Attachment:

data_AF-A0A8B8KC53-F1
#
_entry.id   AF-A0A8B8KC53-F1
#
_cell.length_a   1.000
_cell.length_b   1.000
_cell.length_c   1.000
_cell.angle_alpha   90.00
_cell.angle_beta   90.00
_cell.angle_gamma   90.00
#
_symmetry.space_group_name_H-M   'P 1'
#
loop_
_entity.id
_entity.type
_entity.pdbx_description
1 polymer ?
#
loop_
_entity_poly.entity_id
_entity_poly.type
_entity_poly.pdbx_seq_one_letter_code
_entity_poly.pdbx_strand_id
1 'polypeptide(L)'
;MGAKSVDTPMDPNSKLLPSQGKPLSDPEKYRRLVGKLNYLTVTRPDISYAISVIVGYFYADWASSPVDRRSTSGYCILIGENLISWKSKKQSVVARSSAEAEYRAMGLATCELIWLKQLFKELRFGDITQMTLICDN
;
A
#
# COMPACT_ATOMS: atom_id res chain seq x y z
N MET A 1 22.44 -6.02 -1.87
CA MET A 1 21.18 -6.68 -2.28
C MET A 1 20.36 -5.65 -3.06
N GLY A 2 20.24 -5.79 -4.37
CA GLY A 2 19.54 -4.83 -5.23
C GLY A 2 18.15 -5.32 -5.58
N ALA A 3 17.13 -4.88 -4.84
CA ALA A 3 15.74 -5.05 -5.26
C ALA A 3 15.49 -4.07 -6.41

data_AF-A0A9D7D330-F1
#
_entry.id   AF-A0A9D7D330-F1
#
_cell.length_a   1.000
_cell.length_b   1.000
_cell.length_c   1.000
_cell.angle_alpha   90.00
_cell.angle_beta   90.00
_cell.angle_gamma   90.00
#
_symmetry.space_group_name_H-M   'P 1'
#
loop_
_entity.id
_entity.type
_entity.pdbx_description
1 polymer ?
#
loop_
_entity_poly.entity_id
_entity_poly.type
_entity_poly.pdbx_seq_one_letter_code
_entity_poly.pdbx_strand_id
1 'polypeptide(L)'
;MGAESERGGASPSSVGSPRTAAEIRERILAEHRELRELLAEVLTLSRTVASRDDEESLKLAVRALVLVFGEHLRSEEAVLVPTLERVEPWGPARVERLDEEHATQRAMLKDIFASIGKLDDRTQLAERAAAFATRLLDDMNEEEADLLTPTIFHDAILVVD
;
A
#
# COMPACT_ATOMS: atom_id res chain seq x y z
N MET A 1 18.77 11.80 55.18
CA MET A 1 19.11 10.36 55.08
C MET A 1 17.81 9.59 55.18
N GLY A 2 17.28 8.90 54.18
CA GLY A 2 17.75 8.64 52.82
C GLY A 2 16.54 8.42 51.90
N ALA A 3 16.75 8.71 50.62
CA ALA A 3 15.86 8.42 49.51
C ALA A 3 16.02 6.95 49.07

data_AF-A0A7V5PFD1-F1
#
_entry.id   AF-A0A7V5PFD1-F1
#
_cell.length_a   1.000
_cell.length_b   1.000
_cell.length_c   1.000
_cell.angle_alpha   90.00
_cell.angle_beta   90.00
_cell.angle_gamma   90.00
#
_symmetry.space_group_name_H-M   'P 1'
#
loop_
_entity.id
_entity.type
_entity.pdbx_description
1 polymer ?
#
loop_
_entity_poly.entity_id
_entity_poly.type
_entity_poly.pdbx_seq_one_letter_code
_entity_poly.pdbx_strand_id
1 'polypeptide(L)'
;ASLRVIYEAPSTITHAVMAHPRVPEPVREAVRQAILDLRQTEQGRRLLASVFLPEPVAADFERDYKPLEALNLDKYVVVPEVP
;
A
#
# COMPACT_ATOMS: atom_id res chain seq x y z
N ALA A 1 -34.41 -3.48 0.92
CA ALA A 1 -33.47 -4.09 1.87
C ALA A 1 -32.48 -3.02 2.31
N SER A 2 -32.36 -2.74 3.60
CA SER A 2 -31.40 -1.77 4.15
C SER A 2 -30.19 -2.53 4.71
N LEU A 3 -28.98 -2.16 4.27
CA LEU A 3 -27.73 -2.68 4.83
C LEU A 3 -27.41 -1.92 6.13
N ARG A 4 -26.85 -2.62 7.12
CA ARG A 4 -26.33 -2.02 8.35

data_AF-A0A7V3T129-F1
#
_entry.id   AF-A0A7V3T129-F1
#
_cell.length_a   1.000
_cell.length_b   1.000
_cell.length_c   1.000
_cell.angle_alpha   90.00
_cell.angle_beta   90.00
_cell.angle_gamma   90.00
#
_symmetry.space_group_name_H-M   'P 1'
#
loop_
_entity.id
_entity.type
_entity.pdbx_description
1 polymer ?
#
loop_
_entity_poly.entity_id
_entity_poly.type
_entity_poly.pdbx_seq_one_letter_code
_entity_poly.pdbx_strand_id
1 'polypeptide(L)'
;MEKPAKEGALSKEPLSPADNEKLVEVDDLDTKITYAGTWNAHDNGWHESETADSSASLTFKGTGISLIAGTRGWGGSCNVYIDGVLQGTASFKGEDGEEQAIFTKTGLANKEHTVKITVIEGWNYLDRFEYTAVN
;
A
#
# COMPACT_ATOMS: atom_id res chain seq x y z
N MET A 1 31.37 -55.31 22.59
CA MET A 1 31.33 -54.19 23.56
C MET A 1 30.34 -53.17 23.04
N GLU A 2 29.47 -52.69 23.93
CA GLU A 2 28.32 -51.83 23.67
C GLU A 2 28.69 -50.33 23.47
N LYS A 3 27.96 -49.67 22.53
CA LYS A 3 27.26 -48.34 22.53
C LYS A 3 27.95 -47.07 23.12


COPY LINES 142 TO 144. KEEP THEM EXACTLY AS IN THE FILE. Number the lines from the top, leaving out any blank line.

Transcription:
_entity_poly.pdbx_seq_one_letter_code
_entity_poly.pdbx_strand_id
1 'polypeptide(L)'